Evaluation of the efficacy and safety of a food supplement made of collagen hydrolysate 1200 mg/day versus placebo during six months, in subjects with joint pain at the lower or upper limbs or at the lumbar spine.
Comparative double-blind randomized multicenter study in parallel groups.
200 patients of both genders of at least 50 years old with joint pain assessed as ≥30 mm on a visual analogical scale (VAS).
Collagen hydrolysate 1200 mg/day or placebo during six months.
Main outcome measure:
Comparison of the percentage of clinical responder between the active collagen hydrolysate group and the placebo group after six months of study. A responder subject was defined as a subject experiencing a clinically significant improvement (i.e. by 20 percent or more) in the most painful joint using the VAS score. All analyses were performed using an intent-to-treat procedure.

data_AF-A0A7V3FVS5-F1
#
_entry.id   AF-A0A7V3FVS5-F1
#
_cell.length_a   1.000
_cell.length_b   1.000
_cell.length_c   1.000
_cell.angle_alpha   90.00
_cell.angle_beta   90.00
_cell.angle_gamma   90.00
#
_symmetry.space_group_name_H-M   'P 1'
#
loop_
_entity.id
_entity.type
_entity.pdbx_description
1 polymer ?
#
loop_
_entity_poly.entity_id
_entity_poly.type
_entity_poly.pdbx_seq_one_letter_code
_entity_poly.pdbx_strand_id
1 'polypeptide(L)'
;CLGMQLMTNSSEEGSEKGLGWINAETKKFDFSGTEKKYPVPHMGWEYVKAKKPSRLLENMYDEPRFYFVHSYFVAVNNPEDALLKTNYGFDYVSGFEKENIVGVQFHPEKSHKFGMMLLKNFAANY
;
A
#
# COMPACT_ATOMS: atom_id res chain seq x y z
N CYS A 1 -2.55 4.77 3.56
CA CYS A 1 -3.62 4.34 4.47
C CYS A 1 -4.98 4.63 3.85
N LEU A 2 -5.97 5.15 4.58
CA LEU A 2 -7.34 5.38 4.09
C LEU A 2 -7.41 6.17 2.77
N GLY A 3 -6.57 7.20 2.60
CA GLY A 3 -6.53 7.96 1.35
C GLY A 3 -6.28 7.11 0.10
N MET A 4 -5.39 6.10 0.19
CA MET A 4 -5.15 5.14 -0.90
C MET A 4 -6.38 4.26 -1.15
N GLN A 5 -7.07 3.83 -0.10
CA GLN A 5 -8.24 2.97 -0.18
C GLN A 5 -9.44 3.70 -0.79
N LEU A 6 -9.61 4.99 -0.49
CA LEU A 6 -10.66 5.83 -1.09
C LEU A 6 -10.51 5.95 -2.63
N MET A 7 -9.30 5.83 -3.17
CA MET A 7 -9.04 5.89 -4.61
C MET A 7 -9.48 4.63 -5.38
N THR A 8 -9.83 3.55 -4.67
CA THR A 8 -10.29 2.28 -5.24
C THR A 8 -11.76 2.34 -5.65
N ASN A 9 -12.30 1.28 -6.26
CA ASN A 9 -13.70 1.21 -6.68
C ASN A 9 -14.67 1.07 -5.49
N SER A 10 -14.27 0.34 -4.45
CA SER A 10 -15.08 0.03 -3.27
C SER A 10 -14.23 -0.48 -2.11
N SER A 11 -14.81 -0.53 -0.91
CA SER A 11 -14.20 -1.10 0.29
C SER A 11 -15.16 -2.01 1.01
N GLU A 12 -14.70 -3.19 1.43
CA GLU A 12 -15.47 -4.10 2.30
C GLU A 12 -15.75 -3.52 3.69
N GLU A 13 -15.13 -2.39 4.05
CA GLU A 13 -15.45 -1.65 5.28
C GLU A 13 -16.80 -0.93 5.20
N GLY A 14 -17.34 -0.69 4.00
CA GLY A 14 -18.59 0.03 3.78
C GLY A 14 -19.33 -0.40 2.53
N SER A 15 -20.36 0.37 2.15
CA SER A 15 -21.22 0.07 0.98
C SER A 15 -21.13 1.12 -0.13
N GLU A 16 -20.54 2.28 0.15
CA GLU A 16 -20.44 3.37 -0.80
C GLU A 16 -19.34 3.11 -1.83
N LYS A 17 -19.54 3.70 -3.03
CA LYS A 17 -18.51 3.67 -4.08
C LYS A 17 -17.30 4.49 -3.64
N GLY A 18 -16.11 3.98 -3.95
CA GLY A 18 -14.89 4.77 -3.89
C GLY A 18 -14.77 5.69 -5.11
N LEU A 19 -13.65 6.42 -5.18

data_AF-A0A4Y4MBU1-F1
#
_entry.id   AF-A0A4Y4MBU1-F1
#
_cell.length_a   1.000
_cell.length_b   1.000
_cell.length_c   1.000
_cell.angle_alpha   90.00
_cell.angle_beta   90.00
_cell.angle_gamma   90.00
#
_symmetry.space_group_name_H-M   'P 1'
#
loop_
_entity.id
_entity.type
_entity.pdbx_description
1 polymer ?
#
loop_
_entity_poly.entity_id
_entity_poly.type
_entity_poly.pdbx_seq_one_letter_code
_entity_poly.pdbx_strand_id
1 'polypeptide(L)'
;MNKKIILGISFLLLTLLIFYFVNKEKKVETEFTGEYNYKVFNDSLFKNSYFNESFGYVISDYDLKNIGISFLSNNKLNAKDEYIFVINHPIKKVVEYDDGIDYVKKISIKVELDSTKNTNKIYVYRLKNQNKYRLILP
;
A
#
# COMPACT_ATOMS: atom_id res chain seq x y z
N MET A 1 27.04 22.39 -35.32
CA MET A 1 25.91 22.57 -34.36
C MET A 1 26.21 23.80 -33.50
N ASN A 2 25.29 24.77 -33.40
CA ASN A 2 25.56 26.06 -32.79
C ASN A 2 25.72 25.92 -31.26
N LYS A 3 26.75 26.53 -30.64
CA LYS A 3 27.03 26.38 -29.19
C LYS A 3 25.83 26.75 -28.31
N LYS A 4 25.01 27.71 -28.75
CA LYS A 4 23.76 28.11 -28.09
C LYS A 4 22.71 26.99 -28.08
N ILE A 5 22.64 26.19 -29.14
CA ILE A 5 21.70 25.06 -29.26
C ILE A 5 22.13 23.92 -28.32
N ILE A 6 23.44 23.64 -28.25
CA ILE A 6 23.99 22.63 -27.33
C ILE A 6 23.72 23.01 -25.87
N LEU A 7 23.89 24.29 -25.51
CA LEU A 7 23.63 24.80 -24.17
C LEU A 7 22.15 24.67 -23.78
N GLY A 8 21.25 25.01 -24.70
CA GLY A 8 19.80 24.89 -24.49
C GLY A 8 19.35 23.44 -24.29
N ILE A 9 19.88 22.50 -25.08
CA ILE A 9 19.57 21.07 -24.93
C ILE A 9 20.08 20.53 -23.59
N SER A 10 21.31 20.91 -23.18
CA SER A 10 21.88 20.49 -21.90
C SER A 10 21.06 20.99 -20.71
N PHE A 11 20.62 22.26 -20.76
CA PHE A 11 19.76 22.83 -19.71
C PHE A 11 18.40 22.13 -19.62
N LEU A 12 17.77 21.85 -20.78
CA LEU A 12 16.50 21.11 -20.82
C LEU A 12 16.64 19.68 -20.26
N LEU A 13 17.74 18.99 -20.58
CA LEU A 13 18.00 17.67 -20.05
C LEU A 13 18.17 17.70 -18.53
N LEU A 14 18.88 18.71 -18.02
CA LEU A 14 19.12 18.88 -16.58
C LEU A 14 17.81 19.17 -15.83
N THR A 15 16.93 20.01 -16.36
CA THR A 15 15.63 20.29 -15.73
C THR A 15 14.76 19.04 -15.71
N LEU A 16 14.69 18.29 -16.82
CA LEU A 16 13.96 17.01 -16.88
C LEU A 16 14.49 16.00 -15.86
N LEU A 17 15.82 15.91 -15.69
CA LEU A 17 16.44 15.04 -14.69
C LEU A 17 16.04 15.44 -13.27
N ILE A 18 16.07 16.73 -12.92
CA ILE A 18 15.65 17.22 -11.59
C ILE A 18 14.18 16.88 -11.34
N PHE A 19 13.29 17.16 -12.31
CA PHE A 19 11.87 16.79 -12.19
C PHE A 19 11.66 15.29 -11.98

At six months, the proportion of clinical responders to the treatment, according to VAS scores, was significantly higher in the collagen hydrolysate (CH) group 51.6 percent, compared to the placebo group 36.5 percent (p<0.05). However, there was no significant difference between groups at three months (44.1 percent vs. 39.6 percent, p=0.53). No significant difference in terms of security and tolerability was observed between the two groups.
This study suggests that collagen hydrolysate 1200 mg/day could increase the number of clinical responders (i.e. improvement of at least 20 percent on the VAS) compared to placebo. More studies are needed to confirm the clinical interest of this food supplement.
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